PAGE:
I am a mother, wife, music lover, teacup collector, yogi, history buff, crafter, baker, honey bee advocate, antiquer, DIYer, artisan, and have always been enamored with photography. I am a social scientist by nature, and enjoy being an ethnographic photographer with the ability to take on work in the cinema field as projects align.

i love, science, musical instruments, home decor, anthropology and anthropologie.

I have always admired Edward Curtis, as his portraits were the first that had struck me in such a way. I was born in Arizona, and enjoyed being a cowgirl and was warmed by his rich toned photographs after seeing them in one of my beloved and a frequented place on this earth, Sagamore HIll; Theodore Roosevelts home. Where I day dreamed of adventure, ran through the fields every year on my birthday celebration with my mom, and got an idea of what our country, and people have been through. The photos helped guide the story for me, and I realized how powerful they were. He took creative direction in the darkroom, and being a pioneer of his time and building his own cameras was what made him almost as cool as Teddy Roosevelt to me. Im glad I got to start to "know" them both and Sagamore HIll starting on my second birthday.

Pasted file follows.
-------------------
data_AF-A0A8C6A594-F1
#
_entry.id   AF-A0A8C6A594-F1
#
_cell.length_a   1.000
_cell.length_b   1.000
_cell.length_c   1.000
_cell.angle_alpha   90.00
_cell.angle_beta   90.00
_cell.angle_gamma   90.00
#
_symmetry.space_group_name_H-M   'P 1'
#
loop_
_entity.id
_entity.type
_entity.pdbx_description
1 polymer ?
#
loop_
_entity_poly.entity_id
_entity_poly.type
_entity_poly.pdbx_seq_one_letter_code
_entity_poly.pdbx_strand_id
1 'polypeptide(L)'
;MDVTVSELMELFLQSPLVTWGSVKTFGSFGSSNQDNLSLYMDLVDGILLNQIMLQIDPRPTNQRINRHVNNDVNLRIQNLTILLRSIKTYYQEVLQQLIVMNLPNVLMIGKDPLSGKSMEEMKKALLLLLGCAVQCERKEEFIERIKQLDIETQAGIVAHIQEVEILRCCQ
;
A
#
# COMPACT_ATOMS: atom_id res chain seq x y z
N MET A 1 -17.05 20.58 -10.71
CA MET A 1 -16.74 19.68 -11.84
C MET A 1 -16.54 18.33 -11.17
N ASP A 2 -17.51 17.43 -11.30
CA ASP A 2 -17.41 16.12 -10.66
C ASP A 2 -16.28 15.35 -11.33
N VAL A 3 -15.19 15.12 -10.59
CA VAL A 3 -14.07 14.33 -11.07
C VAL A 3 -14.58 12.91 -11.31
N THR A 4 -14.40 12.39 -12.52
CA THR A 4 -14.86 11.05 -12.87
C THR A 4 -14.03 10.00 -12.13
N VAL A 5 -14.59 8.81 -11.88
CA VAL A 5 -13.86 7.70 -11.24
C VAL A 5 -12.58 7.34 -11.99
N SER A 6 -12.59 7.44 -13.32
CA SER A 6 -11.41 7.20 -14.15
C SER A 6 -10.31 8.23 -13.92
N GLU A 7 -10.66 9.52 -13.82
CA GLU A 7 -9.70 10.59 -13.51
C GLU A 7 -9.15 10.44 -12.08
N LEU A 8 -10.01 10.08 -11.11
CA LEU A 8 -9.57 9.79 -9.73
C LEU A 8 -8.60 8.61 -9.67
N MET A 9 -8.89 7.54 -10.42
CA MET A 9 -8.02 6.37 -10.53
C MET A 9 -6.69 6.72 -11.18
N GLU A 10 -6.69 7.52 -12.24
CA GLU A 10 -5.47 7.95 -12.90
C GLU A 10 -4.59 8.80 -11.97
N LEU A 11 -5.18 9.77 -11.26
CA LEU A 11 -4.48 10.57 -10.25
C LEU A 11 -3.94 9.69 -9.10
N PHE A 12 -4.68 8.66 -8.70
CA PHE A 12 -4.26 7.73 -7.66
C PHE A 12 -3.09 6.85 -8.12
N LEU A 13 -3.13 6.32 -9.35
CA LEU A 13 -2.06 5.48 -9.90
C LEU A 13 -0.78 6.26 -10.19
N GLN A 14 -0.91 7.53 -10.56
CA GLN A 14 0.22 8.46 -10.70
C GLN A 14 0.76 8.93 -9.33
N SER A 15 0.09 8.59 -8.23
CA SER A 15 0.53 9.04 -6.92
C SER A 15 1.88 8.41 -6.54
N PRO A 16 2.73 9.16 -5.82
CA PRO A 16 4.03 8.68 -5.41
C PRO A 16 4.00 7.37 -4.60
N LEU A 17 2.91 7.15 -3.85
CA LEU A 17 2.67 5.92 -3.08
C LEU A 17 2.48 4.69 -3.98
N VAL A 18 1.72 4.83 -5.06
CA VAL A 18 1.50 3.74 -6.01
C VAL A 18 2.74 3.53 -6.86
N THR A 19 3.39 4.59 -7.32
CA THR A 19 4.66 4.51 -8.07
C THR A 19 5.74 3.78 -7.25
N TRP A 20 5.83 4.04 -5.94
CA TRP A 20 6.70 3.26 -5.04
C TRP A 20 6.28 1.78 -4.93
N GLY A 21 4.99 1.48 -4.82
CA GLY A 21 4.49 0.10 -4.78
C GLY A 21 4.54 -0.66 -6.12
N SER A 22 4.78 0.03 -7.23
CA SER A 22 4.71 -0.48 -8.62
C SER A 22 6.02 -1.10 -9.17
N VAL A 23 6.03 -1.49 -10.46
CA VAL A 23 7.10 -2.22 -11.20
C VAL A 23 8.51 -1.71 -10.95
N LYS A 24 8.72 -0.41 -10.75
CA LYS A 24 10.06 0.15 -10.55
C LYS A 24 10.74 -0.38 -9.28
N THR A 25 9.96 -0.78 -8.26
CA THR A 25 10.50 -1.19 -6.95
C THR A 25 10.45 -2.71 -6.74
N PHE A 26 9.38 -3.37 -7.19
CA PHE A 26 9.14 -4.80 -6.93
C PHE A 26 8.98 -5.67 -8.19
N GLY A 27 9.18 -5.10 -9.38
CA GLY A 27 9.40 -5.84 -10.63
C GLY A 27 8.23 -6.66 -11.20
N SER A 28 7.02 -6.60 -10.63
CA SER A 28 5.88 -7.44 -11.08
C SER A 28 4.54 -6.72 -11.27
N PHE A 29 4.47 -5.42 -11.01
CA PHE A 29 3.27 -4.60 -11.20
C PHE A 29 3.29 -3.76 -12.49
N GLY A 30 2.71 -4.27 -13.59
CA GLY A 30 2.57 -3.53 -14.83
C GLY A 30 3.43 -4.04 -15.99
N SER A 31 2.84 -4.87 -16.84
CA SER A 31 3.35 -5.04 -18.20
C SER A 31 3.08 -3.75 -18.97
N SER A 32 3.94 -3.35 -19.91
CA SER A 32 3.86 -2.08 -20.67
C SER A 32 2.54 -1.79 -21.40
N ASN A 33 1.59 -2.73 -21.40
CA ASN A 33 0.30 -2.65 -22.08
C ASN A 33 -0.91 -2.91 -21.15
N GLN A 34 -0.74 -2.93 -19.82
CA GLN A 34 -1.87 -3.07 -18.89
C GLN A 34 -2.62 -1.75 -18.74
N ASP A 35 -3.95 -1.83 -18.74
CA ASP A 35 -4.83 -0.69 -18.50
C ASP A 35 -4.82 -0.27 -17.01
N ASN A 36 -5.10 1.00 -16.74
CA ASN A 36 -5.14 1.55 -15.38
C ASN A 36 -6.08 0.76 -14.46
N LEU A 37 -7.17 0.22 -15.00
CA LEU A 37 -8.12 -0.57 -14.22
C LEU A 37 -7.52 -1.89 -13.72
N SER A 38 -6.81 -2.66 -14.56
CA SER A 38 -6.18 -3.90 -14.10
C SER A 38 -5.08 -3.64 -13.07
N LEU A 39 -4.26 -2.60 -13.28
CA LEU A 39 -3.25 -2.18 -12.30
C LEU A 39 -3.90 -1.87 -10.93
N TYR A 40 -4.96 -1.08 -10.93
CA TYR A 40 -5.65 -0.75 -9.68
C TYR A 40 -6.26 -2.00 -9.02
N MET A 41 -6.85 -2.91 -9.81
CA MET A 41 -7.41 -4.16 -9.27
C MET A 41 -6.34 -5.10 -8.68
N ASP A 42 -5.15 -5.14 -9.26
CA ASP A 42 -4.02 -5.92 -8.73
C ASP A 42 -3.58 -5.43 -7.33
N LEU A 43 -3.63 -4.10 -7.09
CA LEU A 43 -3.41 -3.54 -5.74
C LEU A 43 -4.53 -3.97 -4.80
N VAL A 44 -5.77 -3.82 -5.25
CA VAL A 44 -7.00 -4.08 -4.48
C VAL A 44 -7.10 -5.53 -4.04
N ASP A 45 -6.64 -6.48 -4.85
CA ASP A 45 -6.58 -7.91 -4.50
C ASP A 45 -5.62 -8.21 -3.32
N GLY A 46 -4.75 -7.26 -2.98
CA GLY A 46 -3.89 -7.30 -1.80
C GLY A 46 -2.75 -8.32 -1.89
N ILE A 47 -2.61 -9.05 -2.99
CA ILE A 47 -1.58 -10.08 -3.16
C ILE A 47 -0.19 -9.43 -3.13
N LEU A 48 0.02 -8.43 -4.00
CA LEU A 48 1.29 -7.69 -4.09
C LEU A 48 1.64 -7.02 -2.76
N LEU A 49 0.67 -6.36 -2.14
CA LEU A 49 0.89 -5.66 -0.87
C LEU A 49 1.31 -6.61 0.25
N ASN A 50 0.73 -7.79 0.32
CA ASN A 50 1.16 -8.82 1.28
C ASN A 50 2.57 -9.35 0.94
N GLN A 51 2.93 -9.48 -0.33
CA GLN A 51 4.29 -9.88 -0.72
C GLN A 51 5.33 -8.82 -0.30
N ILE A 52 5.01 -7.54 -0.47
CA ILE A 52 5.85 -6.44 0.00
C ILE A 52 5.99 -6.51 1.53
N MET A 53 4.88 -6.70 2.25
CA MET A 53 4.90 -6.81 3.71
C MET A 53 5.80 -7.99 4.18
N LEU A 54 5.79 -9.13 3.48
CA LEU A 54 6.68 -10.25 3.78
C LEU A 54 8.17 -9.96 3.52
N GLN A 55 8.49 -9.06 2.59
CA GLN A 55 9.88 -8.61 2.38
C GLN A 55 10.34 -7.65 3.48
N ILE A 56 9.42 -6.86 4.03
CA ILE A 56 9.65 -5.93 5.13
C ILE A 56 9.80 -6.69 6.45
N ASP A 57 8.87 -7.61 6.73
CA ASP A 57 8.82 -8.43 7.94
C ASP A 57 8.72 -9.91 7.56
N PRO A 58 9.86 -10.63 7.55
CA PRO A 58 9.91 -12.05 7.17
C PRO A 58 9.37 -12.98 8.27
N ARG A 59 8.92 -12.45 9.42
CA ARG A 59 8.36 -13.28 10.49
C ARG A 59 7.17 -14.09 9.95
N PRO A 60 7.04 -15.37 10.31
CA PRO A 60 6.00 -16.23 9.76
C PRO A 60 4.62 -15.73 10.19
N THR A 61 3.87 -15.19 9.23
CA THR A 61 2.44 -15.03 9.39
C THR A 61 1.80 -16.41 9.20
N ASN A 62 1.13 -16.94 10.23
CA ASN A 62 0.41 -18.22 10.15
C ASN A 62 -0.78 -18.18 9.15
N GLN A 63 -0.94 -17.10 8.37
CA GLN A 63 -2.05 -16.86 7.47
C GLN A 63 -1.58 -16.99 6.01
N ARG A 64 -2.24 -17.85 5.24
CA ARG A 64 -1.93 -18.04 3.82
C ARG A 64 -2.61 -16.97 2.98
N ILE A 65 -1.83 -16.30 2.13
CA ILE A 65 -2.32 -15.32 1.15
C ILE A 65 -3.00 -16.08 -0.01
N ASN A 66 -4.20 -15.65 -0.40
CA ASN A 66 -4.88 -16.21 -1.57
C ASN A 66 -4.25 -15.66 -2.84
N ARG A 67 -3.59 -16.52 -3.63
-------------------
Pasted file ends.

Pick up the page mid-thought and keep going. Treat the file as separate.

I have had an interest in old photographs ever since I laid eyes on the piles of photos my Aunt Kay had. New York in 1919–my grandfather is holding an American flag standing next to his sister, Catherine on their front “stoop” in Harlem, New York City. My great grandparents were born in County Mayo, Ireland, so this was the first generation born in America. I can only imagine what the flag might have meant to them. The photo was mounted and seemed to be metallic when I tilted it. If I could have married a photograph, I would have done so at that very moment. It was beautiful.
.
My love of old movies started one Christmas while watching 8mm films of my mom and her 5 brother and sisters from the 1950’s on Long Island, New York. My grandfather must have made them practice doing “the walk” down the side of the house because they were all on step. My grandfather took these photos and movies, and preserved for me emotions and feelings of their life. I could tell how much he cared for his family and how much he loved them through these films somehow. I never met him, but he has given me such a treasure.
.
Those movies seemed soo magical to me and trumped any Disney film I had seen. {They still do}, and I still cry.
.
This world needs more passion.